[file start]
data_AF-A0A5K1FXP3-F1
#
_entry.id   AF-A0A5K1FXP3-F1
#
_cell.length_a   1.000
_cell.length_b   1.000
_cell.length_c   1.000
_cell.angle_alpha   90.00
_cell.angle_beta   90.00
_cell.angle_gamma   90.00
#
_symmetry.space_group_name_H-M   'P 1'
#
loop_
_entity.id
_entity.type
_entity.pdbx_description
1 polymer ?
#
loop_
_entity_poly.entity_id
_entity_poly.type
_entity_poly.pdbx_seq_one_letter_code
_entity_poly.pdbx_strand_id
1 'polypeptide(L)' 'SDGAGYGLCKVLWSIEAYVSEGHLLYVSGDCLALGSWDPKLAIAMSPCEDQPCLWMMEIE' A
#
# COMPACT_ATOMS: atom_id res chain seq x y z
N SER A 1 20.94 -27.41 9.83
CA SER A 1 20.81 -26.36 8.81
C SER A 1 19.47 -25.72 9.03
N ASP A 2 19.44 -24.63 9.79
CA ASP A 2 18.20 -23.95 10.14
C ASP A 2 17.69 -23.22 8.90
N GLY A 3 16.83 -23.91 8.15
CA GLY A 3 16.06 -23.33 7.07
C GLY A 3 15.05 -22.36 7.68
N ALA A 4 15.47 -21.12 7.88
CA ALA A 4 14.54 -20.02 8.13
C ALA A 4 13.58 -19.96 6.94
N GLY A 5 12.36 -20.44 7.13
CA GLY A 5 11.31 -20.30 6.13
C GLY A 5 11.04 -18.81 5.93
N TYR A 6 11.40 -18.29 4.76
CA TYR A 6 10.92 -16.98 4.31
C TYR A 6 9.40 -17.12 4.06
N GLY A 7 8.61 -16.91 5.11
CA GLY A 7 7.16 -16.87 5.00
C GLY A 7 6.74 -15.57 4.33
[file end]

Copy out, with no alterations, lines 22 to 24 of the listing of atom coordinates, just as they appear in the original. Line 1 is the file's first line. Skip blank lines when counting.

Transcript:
_entity_poly.type
_entity_poly.pdbx_seq_one_letter_code
_entity_poly.pdbx_strand_id